Early detection is key. If you notice any of the warning signs, consider some of these approaches:

  • Therapy: Cognitive Behavioral Therapy, Emotion Focused Family Therapy, Acceptance and Commitment Therapy are all effective in supporting teens through these challenging years. Not every counsellor will be the right fit for your teen, and that is okay! Many therapists will offer a free 15-minute phone call to ensure their approach will be the right fit for your teen. 

  • Physician Assessment: Taking your teen to see their doctor or NP to talk about what you are noticing and what they are experiencing can be helpful. It may result in a suggestion to start on medication for anxiety or depression, but not always. If you agree, your doctor could send in a referral to a child psychiatrist for a thorough assessment and treatment plan. 

  • Lifestyle Changes: This can happen through small modifications, such as eating nutritious meals together at least once a day if possible, encouraging outdoor activities, setting boundaries with screen time and social media, and promoting good sleep hygiene.

  • Home-Based Tools: Practice deep breathing as a family, use anxiety-helping apps, and employ grounding techniques during times of heightened anxiety.

You Are Not Alone

Stepping into the world of parenting teenagers can feel like a maze without a map. But remember, you're not alone in this journey. I'm here with you, sharing my own experiences and unconditional empathy. Let's tackle Teenage Anxiety and Depression together, not as experts, but as parents who care deeply.

Stay strong, stay connected, and remember: that every small step you take makes a difference in your teen's life.


Deep Breathing

Anxiety Deep Breathing Tool
Deep Breathing Tool

Anxiety stimulates the sympathetic nervous system, associated with the fight-flight-or-freeze response. Deep breathing activates the parasympathetic nervous system, signalling to your brain and body that you don’t need to react out of fear. Deep breathing helps to regulate your heart rate, lower your blood pressure, and increase the oxygen levels within your body. A helpful tool is Box Breathing. Think of a square; you will inhale for four seconds, hold for four seconds, exhale for four seconds, hold for four seconds, and then repeat until you feel more at ease.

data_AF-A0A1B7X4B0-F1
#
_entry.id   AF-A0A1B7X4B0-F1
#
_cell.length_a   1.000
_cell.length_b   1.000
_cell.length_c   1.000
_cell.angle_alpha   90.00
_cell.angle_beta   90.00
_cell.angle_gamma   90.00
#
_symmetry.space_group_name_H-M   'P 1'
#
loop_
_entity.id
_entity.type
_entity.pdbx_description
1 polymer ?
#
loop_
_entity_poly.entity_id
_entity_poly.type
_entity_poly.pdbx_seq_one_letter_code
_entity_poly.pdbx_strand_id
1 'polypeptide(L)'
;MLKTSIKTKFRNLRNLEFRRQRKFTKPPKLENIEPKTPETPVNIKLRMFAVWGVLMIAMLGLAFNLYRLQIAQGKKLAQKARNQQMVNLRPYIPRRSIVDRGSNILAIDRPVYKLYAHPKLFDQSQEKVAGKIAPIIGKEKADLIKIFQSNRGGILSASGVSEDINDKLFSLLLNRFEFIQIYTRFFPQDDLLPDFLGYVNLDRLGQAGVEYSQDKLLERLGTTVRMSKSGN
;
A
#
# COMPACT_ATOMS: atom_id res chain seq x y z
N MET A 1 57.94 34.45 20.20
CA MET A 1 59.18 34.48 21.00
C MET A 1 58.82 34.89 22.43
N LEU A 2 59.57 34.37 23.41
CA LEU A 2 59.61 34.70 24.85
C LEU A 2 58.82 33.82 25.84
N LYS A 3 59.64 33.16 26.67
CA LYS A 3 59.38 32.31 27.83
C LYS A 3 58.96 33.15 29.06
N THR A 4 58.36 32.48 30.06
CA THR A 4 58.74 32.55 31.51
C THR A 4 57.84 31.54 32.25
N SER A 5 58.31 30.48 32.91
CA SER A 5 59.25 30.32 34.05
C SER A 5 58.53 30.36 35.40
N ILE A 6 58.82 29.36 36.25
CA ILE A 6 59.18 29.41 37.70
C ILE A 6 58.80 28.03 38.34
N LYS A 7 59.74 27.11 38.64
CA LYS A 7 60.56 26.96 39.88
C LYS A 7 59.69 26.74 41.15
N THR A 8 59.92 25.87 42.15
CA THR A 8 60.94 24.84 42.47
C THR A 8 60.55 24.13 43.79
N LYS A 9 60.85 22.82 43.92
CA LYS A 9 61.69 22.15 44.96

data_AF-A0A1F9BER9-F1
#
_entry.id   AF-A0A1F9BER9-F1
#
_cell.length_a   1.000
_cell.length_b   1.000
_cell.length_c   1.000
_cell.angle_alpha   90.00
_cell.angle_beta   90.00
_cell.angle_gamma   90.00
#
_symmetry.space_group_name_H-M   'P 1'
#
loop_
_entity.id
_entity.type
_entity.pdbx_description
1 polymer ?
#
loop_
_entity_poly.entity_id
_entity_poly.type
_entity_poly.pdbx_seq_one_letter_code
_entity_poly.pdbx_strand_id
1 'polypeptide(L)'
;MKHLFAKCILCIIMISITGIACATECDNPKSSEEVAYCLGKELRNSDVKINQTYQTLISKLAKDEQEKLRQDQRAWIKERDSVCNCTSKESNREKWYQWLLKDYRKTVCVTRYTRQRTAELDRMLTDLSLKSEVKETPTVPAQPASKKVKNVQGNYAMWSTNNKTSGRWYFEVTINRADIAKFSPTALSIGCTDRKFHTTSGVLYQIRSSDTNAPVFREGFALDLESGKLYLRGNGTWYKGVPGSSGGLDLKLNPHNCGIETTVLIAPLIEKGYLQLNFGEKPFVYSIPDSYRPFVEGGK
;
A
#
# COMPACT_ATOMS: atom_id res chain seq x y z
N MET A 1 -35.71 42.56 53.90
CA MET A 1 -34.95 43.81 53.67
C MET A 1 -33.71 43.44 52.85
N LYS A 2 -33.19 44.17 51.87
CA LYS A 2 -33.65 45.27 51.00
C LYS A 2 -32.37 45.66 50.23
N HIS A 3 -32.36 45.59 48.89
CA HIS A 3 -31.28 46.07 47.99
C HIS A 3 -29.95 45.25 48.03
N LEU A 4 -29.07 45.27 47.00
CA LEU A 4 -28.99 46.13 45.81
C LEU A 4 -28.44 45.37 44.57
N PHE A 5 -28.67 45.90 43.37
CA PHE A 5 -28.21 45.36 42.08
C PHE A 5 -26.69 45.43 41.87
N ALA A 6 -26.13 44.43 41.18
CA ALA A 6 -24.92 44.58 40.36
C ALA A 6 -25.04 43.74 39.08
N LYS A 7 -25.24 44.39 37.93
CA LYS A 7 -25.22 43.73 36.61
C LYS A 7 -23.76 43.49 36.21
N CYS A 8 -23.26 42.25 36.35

Grounding Exercises 

Grounding exercises can be helpful during times of panic, and as a regular practice to cope with anxiety. A few tips to ensure it is successful; keep your eyes open so you can see and focus, practice grounding skills before a panic attack occurs so they are familiar, and learn the grounding skills your teen is going to use (this can be helpful if they need a cue or support during their practice). Some skills to try:

·      Touch objects around you, and describe them (texture, colour). 

5-4-3-2-1 grounding tool for teenage anxiety

o   For example, “I’m sitting on a blue chair, and the material feels soft; it’s velvet. The floor beneath my feet is wood, it is brown and there is a yellow couch in the corner.”

·      Run water over your hands, and describe aloud how it feels; hot/cold.

·      Name all the different types of animals you can think of.

o   For example cat, dog, cow, horse, etc…

·       Say the alphabet backwards.

The 54321 Game:

o   Name 5 things you can see in the room with you. 

o   Name 4 things you can feel (“chair on my back” or “feet on the floor”) 

o   Name 3 things you can hear right now (“fingers tapping” or “music”) 

o   Name 2 things you can smell right now (or, 2 things you like the smell of) 

o   Name 1 good thing about yourself 


Sensory Awareness:

o   Begin by tracing your hand on a piece of paper and label each finger as one of the five senses. Using each finger, identify something special to you, representing each of those five senses. 

For example: The thumb represents sight (a label for sight might be butterflies or mountains), and the index finger might represent the sense of smell (a label could be flowers or fresh bread). 

o   After writing and drawing all this on paper, post it on your refrigerator or other safe places in the home where it could be easily seen and memorized.

o   Whenever you get triggered or anxious, breathe deeply and slowly, and put your hand in front of your face where you can really see it – stare at your hand and then look at each finger and try to do the five senses exercise from memory.

Get in Touch

Joanna Thornley (MSW, RSW), Clinical Social Worker